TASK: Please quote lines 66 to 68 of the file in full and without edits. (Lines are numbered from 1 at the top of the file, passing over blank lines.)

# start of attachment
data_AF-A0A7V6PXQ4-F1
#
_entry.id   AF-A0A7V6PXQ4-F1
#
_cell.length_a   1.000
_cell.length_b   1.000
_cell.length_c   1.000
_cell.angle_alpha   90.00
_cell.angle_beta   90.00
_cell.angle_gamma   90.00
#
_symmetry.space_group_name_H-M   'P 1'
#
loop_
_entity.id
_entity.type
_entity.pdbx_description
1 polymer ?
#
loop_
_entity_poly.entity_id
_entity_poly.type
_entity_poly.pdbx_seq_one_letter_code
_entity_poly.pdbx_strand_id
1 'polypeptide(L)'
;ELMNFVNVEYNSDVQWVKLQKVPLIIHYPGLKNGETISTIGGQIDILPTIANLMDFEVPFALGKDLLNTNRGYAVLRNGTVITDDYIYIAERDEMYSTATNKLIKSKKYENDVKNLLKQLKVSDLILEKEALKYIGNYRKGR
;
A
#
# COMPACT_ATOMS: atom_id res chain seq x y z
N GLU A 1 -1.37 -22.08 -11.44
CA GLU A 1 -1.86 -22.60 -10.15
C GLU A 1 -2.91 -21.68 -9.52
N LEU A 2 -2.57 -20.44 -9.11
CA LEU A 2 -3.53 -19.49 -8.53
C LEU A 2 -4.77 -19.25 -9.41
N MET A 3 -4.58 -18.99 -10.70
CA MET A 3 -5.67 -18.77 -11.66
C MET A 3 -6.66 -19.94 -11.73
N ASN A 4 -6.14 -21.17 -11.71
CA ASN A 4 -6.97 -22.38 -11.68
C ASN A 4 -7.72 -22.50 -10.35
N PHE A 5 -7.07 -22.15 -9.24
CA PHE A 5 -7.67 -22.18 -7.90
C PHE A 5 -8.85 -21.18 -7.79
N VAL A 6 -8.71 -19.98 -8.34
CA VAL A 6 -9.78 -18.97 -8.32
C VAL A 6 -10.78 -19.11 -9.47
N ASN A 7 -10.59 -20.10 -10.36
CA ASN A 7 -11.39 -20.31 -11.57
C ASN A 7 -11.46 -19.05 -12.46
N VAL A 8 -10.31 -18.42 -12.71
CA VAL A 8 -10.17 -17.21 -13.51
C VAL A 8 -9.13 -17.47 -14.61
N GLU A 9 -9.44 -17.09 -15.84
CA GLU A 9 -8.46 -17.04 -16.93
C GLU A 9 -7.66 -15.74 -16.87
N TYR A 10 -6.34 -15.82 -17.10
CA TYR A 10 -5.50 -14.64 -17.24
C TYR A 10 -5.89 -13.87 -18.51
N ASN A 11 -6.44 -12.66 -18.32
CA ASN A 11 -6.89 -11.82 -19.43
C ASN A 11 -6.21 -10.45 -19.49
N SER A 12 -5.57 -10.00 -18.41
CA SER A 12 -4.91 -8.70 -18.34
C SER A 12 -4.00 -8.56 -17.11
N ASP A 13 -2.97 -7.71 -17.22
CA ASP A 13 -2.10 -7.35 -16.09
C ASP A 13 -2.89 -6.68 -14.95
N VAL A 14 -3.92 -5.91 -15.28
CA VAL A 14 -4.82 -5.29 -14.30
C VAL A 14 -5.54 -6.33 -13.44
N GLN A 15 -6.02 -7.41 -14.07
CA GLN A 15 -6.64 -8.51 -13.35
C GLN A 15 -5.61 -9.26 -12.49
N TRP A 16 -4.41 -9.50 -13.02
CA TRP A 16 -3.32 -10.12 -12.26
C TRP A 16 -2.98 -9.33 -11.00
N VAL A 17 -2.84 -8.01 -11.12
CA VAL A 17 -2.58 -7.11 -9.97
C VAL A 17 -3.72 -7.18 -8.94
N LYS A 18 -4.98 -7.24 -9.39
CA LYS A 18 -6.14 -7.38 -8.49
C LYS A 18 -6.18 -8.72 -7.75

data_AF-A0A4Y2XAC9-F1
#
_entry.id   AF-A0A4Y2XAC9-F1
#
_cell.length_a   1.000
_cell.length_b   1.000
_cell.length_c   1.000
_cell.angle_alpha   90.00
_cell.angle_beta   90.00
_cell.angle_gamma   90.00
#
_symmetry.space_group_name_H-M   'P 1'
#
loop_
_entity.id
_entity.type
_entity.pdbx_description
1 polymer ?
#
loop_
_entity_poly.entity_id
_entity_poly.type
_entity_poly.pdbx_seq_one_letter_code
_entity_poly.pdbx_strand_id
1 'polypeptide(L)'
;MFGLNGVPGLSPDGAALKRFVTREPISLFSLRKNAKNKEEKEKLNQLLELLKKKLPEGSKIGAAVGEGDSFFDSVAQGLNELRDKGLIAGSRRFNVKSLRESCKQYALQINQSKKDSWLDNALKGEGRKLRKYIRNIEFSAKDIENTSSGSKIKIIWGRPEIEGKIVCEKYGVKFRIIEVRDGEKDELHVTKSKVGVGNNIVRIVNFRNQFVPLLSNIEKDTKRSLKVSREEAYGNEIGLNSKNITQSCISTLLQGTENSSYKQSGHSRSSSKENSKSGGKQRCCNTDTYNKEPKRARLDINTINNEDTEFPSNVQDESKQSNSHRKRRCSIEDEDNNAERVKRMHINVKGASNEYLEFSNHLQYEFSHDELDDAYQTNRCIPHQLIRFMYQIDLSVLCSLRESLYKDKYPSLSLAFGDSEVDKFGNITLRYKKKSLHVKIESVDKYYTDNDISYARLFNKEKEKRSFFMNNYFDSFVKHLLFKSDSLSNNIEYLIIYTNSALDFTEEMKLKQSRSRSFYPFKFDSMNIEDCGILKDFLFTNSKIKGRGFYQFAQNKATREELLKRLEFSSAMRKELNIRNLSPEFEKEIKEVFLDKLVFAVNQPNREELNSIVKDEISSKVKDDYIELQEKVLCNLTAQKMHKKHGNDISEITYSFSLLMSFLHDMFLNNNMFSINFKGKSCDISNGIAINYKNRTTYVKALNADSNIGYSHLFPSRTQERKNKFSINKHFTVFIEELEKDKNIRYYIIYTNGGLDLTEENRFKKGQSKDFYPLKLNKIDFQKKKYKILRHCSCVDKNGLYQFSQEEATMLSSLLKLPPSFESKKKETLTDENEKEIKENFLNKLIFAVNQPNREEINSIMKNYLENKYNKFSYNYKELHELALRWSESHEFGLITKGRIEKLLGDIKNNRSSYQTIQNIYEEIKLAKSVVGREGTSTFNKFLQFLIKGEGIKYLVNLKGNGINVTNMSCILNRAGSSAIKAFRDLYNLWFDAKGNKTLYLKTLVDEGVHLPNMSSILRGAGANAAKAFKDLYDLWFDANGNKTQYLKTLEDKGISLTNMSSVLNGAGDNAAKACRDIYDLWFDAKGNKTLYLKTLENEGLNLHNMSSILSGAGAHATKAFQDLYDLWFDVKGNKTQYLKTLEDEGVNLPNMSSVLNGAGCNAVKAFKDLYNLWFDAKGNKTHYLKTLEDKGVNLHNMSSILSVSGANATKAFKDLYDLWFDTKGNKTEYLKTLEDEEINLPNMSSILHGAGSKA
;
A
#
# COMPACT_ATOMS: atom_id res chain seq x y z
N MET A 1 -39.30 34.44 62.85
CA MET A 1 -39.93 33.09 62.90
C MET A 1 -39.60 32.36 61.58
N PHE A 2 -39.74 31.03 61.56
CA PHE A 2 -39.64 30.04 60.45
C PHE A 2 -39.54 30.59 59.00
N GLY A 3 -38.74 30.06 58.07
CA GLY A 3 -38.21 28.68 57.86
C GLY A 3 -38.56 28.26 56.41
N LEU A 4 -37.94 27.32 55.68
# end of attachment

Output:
C SER A 12 -4.00 -8.56 -17.11
N ASP A 13 -2.97 -7.71 -17.22
CA ASP A 13 -2.10 -7.35 -16.09